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Document Max. Freq Min. Freq
Knight's Mechanical Encyclopedia (ed. Knight) 12 0 Browse Search
George Ticknor, Life, letters and journals of George Ticknor (ed. George Hillard) 10 0 Browse Search
Harper's Encyclopedia of United States History (ed. Benson Lossing) 6 0 Browse Search
George Bancroft, History of the United States from the Discovery of the American Continent, Vol. 10 4 0 Browse Search
The writings of John Greenleaf Whittier, Volume 1. (ed. John Greenleaf Whittier) 4 0 Browse Search
The Daily Dispatch: February 26, 1861., [Electronic resource] 4 0 Browse Search
Edward L. Pierce, Memoir and letters of Charles Sumner: volume 3 4 0 Browse Search
Thomas Wentworth Higginson, Atlantic Essays 2 0 Browse Search
George Ticknor, Life, letters and journals of George Ticknor (ed. George Hillard) 2 0 Browse Search
Southern Historical Society Papers, Volume 16. (ed. Reverend J. William Jones) 2 0 Browse Search
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Browsing named entities in Knight's Mechanical Encyclopedia (ed. Knight). You can also browse the collection for Westphalia (North Rhine-Westphalia, Germany) or search for Westphalia (North Rhine-Westphalia, Germany) in all documents.

Your search returned 6 results in 4 document sections:

to drive a piston in a cylinder, the power being intended to work a pump. The distance, the friction, and the leakage were too much for the Doctor, and the inversion of the process, making the primary engine exhaust instead of condensing, had no better effect. Thinking that it was the volume of air in the pipe which made the second cylinder unresponsive to the action of the primary cylinder, be reduced the size of the pipe, but still the pumping-machine would not move. In Auvergne and Westphalia the project was tried on an extensive scale, attempts being made to drain mines by these means. About one hundered years after the experiment of the philosopher of Blois, a Welsh engineer used the power derived from a heavy fall of water to work a blowing-cylinder from which air was conveyed to a blast-furnace a distance of a mile and a half. The resulting blast was feeble. Some forty years since, a Mr. Hague took out an English patent for the application of compressed air to workin
ing a disagreeable flavor to the meat. In some cases the twigs or branches of aromatic plants are added to the fuel; juniper is used for smoking the celebrated Westphalia hams. Corn-cobs are frequently used. Exclusion of air. In 1808, M. Appert invented a process for preserving provisions by parboiling, and inclosing them in ory furnace, and the process is stopped on the instant that the carbon has been sufficiently eliminated. Reported to have been first made by Anton Lohage, of Westphalia. In 1848, he began his trials at the Haspe Iron Works, near Hagen, in Westphalia, and after some time he succeeded in producing steel of good and uniform qualiWestphalia, and after some time he succeeded in producing steel of good and uniform quality by the ordinary puddling process. His invention was patented 1850, in England, by Ewald Riepe, and introduced at Low Moor; but, owing to the quality of the pig-iron, its use was very limited in England until, in 1858, Mr. William Clay introduced the process on a large scale at the Mersey Steel and Iron Works, Liverpool. In Ge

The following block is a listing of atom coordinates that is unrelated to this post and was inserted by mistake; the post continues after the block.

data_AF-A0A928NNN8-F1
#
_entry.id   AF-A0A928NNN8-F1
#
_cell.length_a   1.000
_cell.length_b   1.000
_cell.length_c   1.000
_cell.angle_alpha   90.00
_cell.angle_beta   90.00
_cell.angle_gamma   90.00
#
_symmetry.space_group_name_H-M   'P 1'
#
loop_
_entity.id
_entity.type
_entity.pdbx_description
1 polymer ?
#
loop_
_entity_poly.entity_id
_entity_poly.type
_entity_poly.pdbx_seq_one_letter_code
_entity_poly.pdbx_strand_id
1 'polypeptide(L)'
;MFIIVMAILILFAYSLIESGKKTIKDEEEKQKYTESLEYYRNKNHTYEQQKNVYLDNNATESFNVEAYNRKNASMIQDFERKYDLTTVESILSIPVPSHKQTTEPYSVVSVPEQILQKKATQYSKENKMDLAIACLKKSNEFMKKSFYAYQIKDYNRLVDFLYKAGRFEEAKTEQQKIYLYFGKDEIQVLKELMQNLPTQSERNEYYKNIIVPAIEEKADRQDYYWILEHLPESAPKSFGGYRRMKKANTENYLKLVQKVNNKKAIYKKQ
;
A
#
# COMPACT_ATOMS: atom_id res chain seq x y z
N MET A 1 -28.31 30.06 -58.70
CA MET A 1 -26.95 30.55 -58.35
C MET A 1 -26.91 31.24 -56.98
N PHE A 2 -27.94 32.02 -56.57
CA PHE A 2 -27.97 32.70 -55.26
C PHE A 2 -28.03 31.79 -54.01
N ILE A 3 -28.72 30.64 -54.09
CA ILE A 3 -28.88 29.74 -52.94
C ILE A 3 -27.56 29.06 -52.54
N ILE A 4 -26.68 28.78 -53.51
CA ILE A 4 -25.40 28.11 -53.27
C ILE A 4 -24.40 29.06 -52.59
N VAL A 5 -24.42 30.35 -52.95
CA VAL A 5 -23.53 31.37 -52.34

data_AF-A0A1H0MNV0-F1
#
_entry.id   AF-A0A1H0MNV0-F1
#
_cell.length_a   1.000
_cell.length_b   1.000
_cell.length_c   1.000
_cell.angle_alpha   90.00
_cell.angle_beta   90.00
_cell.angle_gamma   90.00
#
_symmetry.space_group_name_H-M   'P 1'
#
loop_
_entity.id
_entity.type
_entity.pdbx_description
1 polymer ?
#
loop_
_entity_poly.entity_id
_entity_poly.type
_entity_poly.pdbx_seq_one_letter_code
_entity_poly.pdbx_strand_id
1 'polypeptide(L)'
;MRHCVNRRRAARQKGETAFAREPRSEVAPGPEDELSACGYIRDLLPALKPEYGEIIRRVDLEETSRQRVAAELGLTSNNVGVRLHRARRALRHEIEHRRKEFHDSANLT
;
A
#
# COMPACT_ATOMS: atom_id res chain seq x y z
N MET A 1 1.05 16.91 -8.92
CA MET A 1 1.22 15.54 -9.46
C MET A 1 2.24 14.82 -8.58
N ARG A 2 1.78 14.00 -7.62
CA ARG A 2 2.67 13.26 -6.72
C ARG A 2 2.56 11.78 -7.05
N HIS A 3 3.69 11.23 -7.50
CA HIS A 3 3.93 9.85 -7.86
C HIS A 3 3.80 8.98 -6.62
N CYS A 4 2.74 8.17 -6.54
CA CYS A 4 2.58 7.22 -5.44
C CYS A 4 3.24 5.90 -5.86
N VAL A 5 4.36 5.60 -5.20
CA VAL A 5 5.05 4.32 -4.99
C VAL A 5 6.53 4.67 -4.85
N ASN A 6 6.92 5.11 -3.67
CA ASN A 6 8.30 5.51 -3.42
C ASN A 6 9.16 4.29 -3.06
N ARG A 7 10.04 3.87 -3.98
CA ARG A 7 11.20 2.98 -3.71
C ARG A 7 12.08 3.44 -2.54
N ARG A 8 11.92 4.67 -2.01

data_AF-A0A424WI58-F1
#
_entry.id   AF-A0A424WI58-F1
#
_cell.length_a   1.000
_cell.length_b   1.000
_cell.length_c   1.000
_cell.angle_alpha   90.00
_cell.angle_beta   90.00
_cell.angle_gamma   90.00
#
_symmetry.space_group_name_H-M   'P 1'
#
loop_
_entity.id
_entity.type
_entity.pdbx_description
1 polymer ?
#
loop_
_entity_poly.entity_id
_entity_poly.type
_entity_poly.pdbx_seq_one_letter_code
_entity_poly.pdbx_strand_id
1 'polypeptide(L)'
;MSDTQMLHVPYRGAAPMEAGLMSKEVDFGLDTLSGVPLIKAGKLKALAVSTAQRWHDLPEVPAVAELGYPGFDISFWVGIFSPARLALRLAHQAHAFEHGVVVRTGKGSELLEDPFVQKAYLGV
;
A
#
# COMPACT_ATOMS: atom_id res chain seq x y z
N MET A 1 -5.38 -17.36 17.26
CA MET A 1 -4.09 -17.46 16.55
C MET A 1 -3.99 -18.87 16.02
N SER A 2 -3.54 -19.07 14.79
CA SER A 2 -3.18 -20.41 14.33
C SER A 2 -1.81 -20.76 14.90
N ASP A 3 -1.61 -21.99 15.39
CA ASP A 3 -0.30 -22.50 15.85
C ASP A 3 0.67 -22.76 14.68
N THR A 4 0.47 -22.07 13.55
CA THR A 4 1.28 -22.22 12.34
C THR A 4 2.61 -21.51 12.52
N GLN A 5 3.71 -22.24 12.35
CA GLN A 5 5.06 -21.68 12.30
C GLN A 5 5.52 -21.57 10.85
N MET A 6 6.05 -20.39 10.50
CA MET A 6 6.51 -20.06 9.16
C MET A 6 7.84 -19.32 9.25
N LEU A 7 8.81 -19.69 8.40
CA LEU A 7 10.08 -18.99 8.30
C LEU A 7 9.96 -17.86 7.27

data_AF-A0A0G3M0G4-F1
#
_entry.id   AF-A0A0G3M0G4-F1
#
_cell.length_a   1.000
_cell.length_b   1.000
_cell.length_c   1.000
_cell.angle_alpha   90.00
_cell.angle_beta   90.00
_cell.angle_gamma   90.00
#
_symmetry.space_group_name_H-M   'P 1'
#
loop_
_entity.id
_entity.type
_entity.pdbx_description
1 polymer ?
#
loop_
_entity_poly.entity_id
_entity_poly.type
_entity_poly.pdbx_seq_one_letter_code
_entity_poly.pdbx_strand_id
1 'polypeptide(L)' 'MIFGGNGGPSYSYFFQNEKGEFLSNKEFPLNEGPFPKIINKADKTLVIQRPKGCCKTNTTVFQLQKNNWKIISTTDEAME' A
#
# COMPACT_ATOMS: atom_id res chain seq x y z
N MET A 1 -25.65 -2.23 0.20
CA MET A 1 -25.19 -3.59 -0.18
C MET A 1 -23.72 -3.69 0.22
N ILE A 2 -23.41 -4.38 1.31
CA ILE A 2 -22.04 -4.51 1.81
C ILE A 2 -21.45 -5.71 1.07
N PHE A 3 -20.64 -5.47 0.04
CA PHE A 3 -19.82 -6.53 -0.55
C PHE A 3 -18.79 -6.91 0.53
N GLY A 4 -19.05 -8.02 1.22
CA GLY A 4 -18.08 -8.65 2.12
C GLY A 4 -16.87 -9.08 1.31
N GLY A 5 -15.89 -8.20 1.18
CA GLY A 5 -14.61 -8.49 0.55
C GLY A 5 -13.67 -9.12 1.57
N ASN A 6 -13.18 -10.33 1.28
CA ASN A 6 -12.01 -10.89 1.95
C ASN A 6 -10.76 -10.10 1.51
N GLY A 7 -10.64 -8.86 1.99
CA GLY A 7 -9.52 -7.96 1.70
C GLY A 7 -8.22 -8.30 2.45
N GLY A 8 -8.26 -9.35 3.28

k. These two rails had, during the period of little more than three years, been exposed to the traffic of 9,550,000 engines, trucks, and carriages, and 95,577,240 tons. It is an amount of traffic equal to nearly ten times that which destroyed the Great Northern rails in three years. The result of this trial was to induce the London and Northwestern to enter very extensively into the employment of steel rails. Railway rails are made of puddled steel at the Hoerder Iron and Steel Works, Westphalia. The process consists in bringing a number of balls together to a heavy hammer (say a 12-ton steamham-mer), which welds them together into a homogeneous bloom. The faces of the hammer and anvil are hollow, so as to keep the metal together, and the bloom is sent at the same heat to the rolls. A number of puddled steel balls are welded into one, in a furnace, as a single puddled ball is not large enough to make a rail. Weight. The tendency to increase the stability of the track by in
eet; length to breadth, 6.38. b, Peruvian, Allan line. Length, 270 feet; beam, 38 feet; length to breadth, 7.11. c, Moravian, Allan line. Length, 290 feet; beam, 39 feet; length to breadth, 7.44. d, Leipzig, N. G. Lloyd's line. Length, 290 feet; beam, 39 feet; length to breadth, 7.44. e, Minnesota, Williams & Guion line. Length, 332 feet; beam, 42 feet; length to breadth, 7.90. f, Rhein, N. G. Lloyd's line. Length, 332 feet; beam, 40 feet; length to breadth, 8.30. g, Westphalia, Hamburgh line. Length, 340 feet; beam, 40 feet; length to breadth, 8.50. h, Pennsylvania, American S. S. Co. Length, 343 feet; beam, 43 feet; length to breadth, 7.91. i, Russia, Cunard line. Length, 358 feet; beam, 43 feet; length to breadth, 8.33. j, Queen, National line. Length, 358 feet; beam, 41 feet; length to breadth, 8.73. k, Ville du Havre, French line. Length, 423 feet; beam, 49 feet; length to breadth, 8.63. l, City of Montreal, Inman line. Length, 433 feet;